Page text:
Everett Schools asking for
$317m bond on August ballot
EVERETT — Voters are being asked whether to approve a $317 million, 20-year school bond to add classrooms and upgrade existing schools.
It also would pay for putting new science equipment in the district’s three main high schools to boost its career pathway programs.
The measure is on the August primary. Ballots are due Aug. 4.
The district’s tax rate would stay the same as 2020’s rate for the near-term future if this bond is approved, because the district’s bond repayment schedule is weighted to make the larger payments further out in the future as old bonds the district already is paying get finished up.
The school district developed the projects list in this bond before the COVID-19 pandemic arrived, which is one criticism from an opposition “no” group asking voters to scrap this bond.
The opposition group says the district’s projections for enrollment might drop because of the pandemic, and the ability for the public to pay for bonds has changed because of economic uncertainty.
The biggest projects are to add 36 classrooms among the district’s schools and to demolish and replace three elementary schools — Lowell, Jackson and Madison — that last received major renovation in the early 1990s.
No additional schools will be built in this construction bond.
Both the pro and con committees seem to agree on one item from differing angles: More space is needed for students. District schools are overcrowded, with students in portables trailers. The “no” group wrote in the voters’ pamphlet that “enormous buildings” will be needed.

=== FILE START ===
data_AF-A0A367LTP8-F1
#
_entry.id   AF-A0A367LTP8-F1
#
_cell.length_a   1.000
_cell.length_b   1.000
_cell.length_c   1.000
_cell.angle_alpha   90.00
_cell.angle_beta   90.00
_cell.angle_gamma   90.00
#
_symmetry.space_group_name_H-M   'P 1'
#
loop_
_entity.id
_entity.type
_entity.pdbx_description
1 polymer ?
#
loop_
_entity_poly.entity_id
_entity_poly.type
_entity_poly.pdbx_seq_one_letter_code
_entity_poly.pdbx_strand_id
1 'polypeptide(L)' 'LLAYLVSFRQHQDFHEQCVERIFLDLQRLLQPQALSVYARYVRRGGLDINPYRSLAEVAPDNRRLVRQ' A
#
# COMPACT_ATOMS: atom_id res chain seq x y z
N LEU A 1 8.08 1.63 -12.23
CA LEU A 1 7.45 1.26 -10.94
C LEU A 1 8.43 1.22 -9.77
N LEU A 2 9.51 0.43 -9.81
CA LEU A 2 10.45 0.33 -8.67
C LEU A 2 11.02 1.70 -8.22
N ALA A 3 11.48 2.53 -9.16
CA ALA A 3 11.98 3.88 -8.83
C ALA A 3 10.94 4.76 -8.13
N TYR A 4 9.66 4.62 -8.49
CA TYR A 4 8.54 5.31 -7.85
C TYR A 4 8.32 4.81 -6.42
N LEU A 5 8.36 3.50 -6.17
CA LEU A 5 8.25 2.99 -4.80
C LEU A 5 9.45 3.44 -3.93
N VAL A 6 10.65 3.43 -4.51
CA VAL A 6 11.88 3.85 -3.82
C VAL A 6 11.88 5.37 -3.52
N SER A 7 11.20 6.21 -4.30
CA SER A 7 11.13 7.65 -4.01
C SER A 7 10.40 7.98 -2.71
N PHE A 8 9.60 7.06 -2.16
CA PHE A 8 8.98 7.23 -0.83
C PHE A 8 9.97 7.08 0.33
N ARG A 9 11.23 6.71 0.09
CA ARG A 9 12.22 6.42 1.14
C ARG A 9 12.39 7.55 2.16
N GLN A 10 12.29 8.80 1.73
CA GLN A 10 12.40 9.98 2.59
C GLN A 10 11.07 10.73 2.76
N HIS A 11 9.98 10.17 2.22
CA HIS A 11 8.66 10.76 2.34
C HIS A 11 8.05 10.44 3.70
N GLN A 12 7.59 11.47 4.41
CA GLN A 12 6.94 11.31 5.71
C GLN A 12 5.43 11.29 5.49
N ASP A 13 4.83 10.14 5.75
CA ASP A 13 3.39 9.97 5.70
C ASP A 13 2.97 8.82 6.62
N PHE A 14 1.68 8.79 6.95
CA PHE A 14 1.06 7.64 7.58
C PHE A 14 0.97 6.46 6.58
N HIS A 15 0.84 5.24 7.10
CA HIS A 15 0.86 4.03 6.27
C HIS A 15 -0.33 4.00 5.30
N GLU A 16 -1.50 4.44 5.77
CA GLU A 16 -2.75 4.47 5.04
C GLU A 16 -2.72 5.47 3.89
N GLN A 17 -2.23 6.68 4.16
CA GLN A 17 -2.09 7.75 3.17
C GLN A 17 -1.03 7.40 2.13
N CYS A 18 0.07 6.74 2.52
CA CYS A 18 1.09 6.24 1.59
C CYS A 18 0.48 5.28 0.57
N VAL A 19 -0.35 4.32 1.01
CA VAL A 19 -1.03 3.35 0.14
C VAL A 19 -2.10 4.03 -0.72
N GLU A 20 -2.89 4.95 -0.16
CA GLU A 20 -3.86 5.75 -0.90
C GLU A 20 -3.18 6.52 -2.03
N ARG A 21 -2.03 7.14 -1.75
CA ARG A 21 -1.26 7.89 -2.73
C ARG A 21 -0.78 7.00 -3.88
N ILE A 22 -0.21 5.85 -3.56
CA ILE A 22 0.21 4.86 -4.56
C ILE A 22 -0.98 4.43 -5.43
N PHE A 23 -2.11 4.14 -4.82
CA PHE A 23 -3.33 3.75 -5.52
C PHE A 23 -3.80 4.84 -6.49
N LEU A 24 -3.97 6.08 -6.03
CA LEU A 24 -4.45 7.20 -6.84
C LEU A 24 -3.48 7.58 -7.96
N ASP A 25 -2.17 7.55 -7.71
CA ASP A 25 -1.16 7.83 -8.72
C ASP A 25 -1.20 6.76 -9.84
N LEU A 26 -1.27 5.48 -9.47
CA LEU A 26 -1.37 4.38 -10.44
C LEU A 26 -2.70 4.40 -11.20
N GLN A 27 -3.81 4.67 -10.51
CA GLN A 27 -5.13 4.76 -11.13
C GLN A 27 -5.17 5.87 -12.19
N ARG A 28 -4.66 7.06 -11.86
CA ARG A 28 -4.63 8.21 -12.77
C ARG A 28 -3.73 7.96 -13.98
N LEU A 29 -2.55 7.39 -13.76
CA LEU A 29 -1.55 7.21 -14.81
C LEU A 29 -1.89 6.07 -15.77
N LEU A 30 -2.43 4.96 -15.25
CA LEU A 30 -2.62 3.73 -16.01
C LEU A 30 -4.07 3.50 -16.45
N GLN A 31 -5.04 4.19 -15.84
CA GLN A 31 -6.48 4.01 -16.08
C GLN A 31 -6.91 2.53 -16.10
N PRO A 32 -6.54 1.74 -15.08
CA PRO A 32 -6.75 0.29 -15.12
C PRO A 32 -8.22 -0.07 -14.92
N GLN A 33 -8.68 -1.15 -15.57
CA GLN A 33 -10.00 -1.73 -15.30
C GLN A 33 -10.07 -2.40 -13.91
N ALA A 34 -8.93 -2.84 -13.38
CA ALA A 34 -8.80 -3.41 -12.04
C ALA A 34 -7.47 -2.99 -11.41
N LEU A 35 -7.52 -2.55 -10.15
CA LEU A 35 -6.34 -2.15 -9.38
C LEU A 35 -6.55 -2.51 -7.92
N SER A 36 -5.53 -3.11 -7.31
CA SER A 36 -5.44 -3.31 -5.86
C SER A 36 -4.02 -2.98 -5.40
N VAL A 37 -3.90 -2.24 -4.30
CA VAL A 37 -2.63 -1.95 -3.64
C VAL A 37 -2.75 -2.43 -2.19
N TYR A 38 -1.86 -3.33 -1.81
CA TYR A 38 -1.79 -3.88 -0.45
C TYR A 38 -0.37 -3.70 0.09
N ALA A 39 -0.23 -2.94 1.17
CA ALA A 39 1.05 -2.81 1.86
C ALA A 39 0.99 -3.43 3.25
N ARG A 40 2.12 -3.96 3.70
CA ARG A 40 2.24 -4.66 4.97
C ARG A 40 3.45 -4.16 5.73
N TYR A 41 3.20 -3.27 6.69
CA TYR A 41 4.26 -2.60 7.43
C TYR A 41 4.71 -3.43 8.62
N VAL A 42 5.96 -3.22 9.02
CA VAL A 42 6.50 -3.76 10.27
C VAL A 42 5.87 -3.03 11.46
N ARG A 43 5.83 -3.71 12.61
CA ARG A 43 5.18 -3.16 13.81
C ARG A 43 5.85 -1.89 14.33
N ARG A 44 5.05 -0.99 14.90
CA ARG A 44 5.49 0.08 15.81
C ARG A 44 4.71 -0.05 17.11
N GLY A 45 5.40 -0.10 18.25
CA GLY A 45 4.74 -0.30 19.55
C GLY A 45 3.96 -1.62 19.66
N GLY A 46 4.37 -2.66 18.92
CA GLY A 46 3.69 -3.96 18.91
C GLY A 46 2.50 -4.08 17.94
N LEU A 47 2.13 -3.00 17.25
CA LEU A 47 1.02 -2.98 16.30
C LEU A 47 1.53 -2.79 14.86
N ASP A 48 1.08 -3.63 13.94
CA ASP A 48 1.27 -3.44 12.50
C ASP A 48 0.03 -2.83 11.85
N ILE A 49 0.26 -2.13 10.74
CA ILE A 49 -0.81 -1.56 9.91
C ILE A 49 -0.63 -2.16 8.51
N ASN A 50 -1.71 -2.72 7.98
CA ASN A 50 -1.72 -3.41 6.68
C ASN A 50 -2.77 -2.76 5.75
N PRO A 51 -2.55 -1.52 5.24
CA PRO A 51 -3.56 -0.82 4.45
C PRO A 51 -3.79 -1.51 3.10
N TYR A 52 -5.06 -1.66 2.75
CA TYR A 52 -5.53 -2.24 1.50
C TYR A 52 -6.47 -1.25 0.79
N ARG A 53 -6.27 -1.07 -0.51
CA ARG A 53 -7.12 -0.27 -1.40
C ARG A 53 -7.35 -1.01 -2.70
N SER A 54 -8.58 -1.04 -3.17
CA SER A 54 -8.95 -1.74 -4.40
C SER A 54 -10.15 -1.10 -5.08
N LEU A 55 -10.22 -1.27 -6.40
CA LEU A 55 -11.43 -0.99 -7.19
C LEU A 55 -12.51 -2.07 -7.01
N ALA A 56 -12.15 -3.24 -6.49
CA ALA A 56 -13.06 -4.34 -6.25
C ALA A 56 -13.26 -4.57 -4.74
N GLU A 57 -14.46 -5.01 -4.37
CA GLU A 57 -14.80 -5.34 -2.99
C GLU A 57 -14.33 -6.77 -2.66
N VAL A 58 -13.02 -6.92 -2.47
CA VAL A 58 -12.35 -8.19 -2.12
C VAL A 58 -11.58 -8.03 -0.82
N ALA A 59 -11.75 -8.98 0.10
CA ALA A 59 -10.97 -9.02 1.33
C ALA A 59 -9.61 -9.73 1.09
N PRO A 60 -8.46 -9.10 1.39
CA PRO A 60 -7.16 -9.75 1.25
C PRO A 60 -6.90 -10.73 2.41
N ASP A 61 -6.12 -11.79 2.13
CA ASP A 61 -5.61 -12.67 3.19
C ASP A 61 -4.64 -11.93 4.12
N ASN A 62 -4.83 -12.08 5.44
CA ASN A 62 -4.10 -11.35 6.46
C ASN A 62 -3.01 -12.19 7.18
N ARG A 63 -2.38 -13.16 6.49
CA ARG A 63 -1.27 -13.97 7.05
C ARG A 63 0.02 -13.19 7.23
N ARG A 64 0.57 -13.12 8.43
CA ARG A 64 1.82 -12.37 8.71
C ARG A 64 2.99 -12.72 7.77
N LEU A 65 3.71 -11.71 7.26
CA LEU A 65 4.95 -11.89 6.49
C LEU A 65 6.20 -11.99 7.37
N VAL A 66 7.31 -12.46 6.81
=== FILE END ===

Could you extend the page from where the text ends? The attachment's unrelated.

The district is not pursuing a fourth high school in this bond. It had sought building a new high school in three prior bonds. Instead, during 2017 and 2018, the district adjusted boundary lines for Cascade, Jackson and Everett high schools to fill them up more evenly and solve overcrowding issues in high schools in the south end of the district.
The school district’s portion for tax rates would stay stable at $4.87 per $1,000 in assessed property value through 2024 if this bond is approved, or go lower in 2021 if the bond is rejected.
For an average $400,000 home, $4.87 per $1,000 is $1,948 in school taxes a year.
The district says this bond would not create a tax increase because this 20-year bond’s payment schedule is not built to be “front-loaded,” but has payments gradually get larger later as old bonds expire. (The 2016 bond would be paid off by 2024, from a district chart breaking down the components of its tax rate.)
Voters last approved a capital bond in 2016. The 2016 capital bond paid to replace North Middle School and Woodside Elementary School, and also built the brand-new Tambark Creek elementary school in north Bothell.
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